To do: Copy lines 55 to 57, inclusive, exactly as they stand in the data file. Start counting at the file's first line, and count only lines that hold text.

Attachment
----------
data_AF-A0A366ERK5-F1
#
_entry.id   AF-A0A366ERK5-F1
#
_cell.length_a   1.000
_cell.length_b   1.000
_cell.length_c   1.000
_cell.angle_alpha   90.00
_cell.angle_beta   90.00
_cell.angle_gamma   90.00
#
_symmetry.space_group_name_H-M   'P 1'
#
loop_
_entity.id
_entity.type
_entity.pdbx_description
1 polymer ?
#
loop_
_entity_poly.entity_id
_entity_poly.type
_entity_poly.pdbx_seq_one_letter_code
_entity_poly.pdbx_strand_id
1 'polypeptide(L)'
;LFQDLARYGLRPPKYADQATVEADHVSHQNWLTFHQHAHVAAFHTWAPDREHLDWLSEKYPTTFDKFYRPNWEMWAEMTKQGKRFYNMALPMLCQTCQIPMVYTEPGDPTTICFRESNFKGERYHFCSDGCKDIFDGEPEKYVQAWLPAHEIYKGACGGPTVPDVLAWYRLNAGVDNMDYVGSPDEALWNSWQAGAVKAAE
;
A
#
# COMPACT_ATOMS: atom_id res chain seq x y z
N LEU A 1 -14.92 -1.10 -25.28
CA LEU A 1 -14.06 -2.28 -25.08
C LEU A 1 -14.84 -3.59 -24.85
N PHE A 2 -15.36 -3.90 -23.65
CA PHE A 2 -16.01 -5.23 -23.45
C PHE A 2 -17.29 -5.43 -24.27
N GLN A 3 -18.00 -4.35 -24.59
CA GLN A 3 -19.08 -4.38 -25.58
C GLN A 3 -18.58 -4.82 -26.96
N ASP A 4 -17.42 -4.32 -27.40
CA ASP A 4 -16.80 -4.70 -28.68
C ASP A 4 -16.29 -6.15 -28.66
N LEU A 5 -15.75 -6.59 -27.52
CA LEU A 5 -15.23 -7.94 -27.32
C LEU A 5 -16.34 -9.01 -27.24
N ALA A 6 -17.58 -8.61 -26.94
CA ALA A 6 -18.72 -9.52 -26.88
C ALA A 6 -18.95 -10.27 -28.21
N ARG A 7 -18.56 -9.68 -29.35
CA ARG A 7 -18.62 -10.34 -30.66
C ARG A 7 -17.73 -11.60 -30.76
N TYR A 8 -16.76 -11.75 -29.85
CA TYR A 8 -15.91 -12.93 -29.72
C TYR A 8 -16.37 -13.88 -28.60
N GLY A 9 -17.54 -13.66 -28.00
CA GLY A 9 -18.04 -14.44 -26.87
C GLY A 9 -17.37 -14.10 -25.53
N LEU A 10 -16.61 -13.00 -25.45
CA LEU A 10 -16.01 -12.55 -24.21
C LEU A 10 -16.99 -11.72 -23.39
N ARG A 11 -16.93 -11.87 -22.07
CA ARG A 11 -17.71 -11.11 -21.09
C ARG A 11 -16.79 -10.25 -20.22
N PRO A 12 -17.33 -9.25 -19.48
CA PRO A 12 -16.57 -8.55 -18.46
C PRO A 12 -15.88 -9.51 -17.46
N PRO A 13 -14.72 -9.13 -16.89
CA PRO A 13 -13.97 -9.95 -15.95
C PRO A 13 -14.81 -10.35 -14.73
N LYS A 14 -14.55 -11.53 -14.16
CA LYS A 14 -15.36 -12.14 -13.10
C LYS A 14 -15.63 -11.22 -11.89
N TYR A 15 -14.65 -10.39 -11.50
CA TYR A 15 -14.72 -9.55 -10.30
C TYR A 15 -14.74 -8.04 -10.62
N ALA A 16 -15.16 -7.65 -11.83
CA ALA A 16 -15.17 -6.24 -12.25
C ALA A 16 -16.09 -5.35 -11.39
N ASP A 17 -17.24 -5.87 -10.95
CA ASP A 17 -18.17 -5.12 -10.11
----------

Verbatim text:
N GLY A 9 -17.54 -13.66 -28.00
CA GLY A 9 -18.04 -14.44 -26.87
C GLY A 9 -17.37 -14.10 -25.53